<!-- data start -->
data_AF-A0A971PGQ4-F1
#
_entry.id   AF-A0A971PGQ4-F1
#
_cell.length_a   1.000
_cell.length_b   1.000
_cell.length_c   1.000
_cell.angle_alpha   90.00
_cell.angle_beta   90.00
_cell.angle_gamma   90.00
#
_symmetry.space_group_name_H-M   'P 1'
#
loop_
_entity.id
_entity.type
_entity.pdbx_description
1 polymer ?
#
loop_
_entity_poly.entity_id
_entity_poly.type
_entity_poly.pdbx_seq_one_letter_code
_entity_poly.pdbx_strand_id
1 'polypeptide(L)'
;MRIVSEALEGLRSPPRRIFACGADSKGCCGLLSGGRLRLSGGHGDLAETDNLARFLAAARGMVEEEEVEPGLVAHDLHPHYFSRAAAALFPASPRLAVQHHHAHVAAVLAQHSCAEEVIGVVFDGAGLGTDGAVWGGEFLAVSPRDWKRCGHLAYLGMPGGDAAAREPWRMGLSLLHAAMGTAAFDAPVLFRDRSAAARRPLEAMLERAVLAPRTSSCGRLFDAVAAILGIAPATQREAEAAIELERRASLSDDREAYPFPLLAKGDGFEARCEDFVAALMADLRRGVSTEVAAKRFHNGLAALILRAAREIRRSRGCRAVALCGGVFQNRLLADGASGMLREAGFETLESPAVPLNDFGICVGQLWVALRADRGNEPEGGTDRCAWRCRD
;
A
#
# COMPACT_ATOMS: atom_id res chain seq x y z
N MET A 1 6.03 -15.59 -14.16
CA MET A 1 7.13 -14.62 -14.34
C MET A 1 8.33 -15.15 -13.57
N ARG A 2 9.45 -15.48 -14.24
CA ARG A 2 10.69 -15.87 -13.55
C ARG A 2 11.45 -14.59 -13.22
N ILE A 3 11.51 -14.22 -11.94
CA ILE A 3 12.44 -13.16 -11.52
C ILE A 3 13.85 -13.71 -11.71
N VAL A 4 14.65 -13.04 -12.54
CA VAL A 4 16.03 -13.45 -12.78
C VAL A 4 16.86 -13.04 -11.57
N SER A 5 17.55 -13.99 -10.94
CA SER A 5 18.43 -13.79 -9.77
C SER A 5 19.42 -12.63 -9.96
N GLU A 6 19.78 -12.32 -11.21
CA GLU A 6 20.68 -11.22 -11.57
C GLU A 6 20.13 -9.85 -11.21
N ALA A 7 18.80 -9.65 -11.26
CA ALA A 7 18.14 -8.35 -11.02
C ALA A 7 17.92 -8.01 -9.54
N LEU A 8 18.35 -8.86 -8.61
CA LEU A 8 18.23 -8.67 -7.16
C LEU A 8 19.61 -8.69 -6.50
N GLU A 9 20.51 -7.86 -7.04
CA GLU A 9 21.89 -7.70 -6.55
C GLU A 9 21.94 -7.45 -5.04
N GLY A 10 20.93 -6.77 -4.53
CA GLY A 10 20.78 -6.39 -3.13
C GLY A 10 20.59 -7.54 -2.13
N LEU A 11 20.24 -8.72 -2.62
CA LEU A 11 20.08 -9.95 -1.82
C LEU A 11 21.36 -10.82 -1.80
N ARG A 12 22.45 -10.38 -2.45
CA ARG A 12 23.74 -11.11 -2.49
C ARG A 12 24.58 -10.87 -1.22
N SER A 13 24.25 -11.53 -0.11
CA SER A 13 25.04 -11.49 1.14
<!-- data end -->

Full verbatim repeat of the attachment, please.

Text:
data_AF-A0A971PGQ4-F1
#
_entry.id   AF-A0A971PGQ4-F1
#
_cell.length_a   1.000
_cell.length_b   1.000
_cell.length_c   1.000
_cell.angle_alpha   90.00
_cell.angle_beta   90.00
_cell.angle_gamma   90.00
#
_symmetry.space_group_name_H-M   'P 1'
#
loop_
_entity.id
_entity.type
_entity.pdbx_description
1 polymer ?
#
loop_
_entity_poly.entity_id
_entity_poly.type
_entity_poly.pdbx_seq_one_letter_code
_entity_poly.pdbx_strand_id
1 'polypeptide(L)'
;MRIVSEALEGLRSPPRRIFACGADSKGCCGLLSGGRLRLSGGHGDLAETDNLARFLAAARGMVEEEEVEPGLVAHDLHPHYFSRAAAALFPASPRLAVQHHHAHVAAVLAQHSCAEEVIGVVFDGAGLGTDGAVWGGEFLAVSPRDWKRCGHLAYLGMPGGDAAAREPWRMGLSLLHAAMGTAAFDAPVLFRDRSAAARRPLEAMLERAVLAPRTSSCGRLFDAVAAILGIAPATQREAEAAIELERRASLSDDREAYPFPLLAKGDGFEARCEDFVAALMADLRRGVSTEVAAKRFHNGLAALILRAAREIRRSRGCRAVALCGGVFQNRLLADGASGMLREAGFETLESPAVPLNDFGICVGQLWVALRADRGNEPEGGTDRCAWRCRD
;
A
#
# COMPACT_ATOMS: atom_id res chain seq x y z
N MET A 1 6.03 -15.59 -14.16
CA MET A 1 7.13 -14.62 -14.34
C MET A 1 8.33 -15.15 -13.57
N ARG A 2 9.45 -15.48 -14.24
CA ARG A 2 10.69 -15.87 -13.55
C ARG A 2 11.45 -14.59 -13.22
N ILE A 3 11.51 -14.22 -11.94
CA ILE A 3 12.44 -13.16 -11.52
C ILE A 3 13.85 -13.71 -11.71
N VAL A 4 14.65 -13.04 -12.54
CA VAL A 4 16.03 -13.45 -12.78
C VAL A 4 16.86 -13.04 -11.57
N SER A 5 17.55 -13.99 -10.94
CA SER A 5 18.43 -13.79 -9.77
C SER A 5 19.42 -12.63 -9.96
N GLU A 6 19.78 -12.32 -11.21
CA GLU A 6 20.68 -11.22 -11.57
C GLU A 6 20.13 -9.85 -11.21
N ALA A 7 18.80 -9.65 -11.26
CA ALA A 7 18.14 -8.35 -11.02
C ALA A 7 17.92 -8.01 -9.54
N LEU A 8 18.35 -8.86 -8.61
CA LEU A 8 18.23 -8.67 -7.16
C LEU A 8 19.61 -8.69 -6.50
N GLU A 9 20.51 -7.86 -7.04
CA GLU A 9 21.89 -7.70 -6.55
C GLU A 9 21.94 -7.45 -5.04
N GLY A 10 20.93 -6.77 -4.53
CA GLY A 10 20.78 -6.39 -3.13
C GLY A 10 20.59 -7.54 -2.13
N LEU A 11 20.24 -8.72 -2.62
CA LEU A 11 20.08 -9.95 -1.82
C LEU A 11 21.36 -10.82 -1.80
N ARG A 12 22.45 -10.38 -2.45
CA ARG A 12 23.74 -11.11 -2.49
C ARG A 12 24.58 -10.87 -1.22
N SER A 13 24.25 -11.53 -0.11
CA SER A 13 25.04 -11.49 1.14